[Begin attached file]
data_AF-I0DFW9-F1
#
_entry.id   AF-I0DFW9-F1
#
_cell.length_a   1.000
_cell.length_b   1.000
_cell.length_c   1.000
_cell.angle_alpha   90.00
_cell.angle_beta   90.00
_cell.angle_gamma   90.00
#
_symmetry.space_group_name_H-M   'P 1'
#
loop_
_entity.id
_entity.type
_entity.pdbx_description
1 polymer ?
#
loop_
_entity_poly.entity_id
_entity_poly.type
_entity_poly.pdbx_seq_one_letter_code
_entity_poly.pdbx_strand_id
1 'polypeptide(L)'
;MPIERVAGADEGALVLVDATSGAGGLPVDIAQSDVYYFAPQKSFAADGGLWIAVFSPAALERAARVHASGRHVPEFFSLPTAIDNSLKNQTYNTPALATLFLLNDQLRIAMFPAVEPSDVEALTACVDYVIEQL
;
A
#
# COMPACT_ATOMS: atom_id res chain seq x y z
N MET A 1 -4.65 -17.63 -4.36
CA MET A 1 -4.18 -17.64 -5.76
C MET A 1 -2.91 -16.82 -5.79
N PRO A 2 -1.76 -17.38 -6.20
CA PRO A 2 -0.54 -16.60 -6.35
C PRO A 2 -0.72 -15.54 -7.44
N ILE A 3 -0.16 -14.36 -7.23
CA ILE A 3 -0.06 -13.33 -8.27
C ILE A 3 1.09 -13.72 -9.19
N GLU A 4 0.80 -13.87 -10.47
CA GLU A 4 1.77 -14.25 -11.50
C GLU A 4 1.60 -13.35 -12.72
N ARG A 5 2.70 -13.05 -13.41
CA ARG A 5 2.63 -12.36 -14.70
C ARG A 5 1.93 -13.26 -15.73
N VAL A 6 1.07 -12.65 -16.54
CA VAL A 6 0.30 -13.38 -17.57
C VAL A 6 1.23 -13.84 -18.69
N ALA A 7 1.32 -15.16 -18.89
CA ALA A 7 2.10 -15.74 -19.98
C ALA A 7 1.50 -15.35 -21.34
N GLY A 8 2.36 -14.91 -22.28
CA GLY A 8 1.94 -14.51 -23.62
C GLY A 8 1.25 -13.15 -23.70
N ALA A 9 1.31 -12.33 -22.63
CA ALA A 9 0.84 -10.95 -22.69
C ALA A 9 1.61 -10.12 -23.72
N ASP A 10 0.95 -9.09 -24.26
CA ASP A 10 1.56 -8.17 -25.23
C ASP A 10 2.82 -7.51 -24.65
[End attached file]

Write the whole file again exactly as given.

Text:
data_AF-I0DFW9-F1
#
_entry.id   AF-I0DFW9-F1
#
_cell.length_a   1.000
_cell.length_b   1.000
_cell.length_c   1.000
_cell.angle_alpha   90.00
_cell.angle_beta   90.00
_cell.angle_gamma   90.00
#
_symmetry.space_group_name_H-M   'P 1'
#
loop_
_entity.id
_entity.type
_entity.pdbx_description
1 polymer ?
#
loop_
_entity_poly.entity_id
_entity_poly.type
_entity_poly.pdbx_seq_one_letter_code
_entity_poly.pdbx_strand_id
1 'polypeptide(L)'
;MPIERVAGADEGALVLVDATSGAGGLPVDIAQSDVYYFAPQKSFAADGGLWIAVFSPAALERAARVHASGRHVPEFFSLPTAIDNSLKNQTYNTPALATLFLLNDQLRIAMFPAVEPSDVEALTACVDYVIEQL
;
A
#
# COMPACT_ATOMS: atom_id res chain seq x y z
N MET A 1 -4.65 -17.63 -4.36
CA MET A 1 -4.18 -17.64 -5.76
C MET A 1 -2.91 -16.82 -5.79
N PRO A 2 -1.76 -17.38 -6.20
CA PRO A 2 -0.54 -16.60 -6.35
C PRO A 2 -0.72 -15.54 -7.44
N ILE A 3 -0.16 -14.36 -7.23
CA ILE A 3 -0.06 -13.33 -8.27
C ILE A 3 1.09 -13.72 -9.19
N GLU A 4 0.80 -13.87 -10.47
CA GLU A 4 1.77 -14.25 -11.50
C GLU A 4 1.60 -13.35 -12.72
N ARG A 5 2.70 -13.05 -13.41
CA ARG A 5 2.63 -12.36 -14.70
C ARG A 5 1.93 -13.26 -15.73
N VAL A 6 1.07 -12.65 -16.54
CA VAL A 6 0.30 -13.38 -17.57
C VAL A 6 1.23 -13.84 -18.69
N ALA A 7 1.32 -15.16 -18.89
CA ALA A 7 2.10 -15.74 -19.98
C ALA A 7 1.50 -15.35 -21.34
N GLY A 8 2.36 -14.91 -22.28
CA GLY A 8 1.94 -14.51 -23.62
C GLY A 8 1.25 -13.15 -23.70
N ALA A 9 1.31 -12.33 -22.63
CA ALA A 9 0.84 -10.95 -22.69
C ALA A 9 1.61 -10.12 -23.72
N ASP A 10 0.95 -9.09 -24.26
CA ASP A 10 1.56 -8.17 -25.23
C ASP A 10 2.82 -7.51 -24.65